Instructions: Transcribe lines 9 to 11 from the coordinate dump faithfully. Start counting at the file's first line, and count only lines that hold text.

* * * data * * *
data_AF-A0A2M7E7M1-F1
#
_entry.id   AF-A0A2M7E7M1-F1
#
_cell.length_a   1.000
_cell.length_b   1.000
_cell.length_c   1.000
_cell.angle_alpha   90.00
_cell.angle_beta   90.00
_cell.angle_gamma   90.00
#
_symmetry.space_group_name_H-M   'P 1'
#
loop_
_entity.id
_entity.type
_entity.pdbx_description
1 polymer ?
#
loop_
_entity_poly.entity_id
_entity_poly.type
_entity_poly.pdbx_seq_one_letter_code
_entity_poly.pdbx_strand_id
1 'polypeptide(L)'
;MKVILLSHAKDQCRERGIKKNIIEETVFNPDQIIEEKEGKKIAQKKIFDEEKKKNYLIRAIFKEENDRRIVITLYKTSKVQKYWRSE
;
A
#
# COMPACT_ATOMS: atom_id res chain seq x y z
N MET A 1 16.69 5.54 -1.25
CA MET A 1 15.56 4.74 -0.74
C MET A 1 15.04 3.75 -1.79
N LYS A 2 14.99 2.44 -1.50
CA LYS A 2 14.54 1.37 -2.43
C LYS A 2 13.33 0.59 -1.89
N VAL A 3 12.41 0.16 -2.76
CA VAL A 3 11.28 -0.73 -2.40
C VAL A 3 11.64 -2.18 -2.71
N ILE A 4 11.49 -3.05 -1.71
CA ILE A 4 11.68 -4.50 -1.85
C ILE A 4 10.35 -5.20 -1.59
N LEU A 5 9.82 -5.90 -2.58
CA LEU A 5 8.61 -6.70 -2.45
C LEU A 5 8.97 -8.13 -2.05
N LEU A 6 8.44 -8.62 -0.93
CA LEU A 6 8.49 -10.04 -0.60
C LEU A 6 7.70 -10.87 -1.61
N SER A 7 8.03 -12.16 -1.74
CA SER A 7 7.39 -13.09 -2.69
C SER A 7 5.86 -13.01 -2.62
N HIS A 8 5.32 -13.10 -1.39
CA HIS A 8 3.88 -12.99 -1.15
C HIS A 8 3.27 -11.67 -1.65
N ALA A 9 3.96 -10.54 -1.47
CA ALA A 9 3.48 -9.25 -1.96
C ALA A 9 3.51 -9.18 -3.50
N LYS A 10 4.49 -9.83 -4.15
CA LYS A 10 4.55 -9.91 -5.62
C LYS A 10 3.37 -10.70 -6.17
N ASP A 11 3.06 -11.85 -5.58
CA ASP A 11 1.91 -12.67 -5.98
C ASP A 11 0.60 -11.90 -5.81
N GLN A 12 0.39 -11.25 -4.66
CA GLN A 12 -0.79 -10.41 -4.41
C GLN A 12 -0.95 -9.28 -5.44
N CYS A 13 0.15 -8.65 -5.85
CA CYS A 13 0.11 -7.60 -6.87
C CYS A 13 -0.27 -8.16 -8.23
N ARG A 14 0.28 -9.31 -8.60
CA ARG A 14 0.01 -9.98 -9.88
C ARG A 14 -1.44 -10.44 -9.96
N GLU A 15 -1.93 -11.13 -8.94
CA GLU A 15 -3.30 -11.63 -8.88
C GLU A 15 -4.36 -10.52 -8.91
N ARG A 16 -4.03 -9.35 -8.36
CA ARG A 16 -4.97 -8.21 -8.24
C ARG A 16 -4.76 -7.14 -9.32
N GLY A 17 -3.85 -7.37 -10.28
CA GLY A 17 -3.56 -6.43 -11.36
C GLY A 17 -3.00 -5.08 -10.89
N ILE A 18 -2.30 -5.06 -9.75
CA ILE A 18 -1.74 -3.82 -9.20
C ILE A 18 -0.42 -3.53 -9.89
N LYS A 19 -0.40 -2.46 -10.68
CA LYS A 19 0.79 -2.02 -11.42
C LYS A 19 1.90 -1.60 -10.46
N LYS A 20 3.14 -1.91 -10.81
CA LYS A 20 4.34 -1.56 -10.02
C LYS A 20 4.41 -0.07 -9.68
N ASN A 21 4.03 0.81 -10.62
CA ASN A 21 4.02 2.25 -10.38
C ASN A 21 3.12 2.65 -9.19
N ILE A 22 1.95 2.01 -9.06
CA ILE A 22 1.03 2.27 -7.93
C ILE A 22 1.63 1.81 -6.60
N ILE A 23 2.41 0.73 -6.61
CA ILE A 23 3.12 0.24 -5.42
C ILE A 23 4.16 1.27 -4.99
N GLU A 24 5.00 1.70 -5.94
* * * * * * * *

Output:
_cell.angle_beta   90.00
_cell.angle_gamma   90.00
#